As would-be supporters acknowledged concern over the weekend, Warren ignored the shifting political currents and vowed to continue fighting for the kind of transformational change she’s championed for months, even while pressing her final case in Iowa before being forced back to Washington for Trump’s impeachment trial in the Senate.

“Since I first got in this race a year ago, I have not focused on polls. And that’s exactly how I’m going to continue to run this race,” Warren told reporters when pressed about whether she needs to change her strategy.

She added: “I’m running a campaign from the heart. That’s what it’s all about to me. This is who I am.”

The people paid to focus on politics on Warren’s team insist they’re not worried, and with one week before voting begins, there are no plans to shake up her strategy. The campaign noted that she has already attracted more than 3 million individual donations and assembled a paid campaign operation in 31 states.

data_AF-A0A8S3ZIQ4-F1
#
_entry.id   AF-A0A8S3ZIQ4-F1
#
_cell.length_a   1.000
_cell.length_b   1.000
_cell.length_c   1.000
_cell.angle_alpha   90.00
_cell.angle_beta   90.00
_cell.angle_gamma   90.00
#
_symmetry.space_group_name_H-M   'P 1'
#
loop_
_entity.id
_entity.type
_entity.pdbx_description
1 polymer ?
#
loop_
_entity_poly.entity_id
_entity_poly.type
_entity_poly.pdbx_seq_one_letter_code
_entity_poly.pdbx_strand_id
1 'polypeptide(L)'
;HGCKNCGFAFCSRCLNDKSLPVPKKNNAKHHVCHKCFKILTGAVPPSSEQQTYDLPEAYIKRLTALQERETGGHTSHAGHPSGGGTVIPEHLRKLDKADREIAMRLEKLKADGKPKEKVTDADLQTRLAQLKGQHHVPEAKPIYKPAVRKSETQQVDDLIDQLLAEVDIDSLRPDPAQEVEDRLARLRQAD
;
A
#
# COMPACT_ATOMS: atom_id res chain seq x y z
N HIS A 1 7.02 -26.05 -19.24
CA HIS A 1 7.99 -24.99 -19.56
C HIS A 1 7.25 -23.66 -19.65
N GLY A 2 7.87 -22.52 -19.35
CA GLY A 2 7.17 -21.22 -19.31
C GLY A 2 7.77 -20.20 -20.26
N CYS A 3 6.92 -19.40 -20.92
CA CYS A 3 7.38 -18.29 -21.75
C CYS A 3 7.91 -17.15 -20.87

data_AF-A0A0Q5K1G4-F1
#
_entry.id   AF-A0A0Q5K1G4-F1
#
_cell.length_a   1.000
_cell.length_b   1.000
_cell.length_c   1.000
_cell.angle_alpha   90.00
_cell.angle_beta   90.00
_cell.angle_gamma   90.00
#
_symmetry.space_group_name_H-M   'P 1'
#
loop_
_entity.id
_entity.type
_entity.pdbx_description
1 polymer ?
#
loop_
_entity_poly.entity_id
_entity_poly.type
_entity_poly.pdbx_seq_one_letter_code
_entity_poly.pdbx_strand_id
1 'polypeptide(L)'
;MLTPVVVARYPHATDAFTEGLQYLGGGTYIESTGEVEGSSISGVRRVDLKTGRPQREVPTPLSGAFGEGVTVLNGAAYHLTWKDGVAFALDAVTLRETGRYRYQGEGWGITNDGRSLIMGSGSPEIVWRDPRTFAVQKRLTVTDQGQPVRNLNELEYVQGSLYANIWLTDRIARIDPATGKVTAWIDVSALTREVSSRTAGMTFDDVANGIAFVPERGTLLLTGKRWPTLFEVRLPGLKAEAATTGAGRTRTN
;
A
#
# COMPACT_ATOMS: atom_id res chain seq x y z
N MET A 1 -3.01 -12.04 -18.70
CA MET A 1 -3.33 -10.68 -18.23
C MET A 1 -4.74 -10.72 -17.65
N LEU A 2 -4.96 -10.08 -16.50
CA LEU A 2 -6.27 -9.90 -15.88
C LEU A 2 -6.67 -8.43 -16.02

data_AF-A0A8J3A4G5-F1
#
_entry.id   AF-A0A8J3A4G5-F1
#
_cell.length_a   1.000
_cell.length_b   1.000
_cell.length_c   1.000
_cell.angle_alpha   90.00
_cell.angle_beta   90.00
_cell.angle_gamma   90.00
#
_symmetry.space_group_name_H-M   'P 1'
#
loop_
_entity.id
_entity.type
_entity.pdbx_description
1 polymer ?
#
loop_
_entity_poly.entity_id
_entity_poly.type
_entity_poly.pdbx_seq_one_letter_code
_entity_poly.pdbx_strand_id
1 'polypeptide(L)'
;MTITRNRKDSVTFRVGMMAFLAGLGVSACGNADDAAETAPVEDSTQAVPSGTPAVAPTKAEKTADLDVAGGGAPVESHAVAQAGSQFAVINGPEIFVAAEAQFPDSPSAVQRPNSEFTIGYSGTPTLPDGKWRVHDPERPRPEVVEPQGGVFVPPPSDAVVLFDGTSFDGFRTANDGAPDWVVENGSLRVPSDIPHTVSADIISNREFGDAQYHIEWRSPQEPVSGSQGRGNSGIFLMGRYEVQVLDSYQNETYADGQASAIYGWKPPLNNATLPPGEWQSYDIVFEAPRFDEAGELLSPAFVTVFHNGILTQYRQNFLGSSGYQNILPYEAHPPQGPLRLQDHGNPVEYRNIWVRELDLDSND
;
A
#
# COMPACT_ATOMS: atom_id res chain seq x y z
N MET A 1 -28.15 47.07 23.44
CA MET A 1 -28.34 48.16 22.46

The 70-year-old Massachusetts senator got a much-needed boost over the weekend by winning the endorsement of Iowa’s largest newspaper. And while she has won a series of coveted newspaper endorsements, Warren has yet to earn the backing of a single member of Congress from Iowa or New Hampshire, the states that host the first two voting contests.

The shutout particularly stings given Warren’s proximity to New Hampshire, whose two female senators have declined to support their neighbor, who has increasingly evoked her gender as a strength on the campaign trail.

New Hampshire Sen. Maggie Hassan is unlikely to support Warren and is instead considering whether to endorse longtime political ally Biden, if anyone, according to Democrats familiar with her thinking who were not authorized to share internal discussions. New Hampshire’s other senator, Jeanne Shaheen, is facing reelection this fall and is not expected to endorse anyone.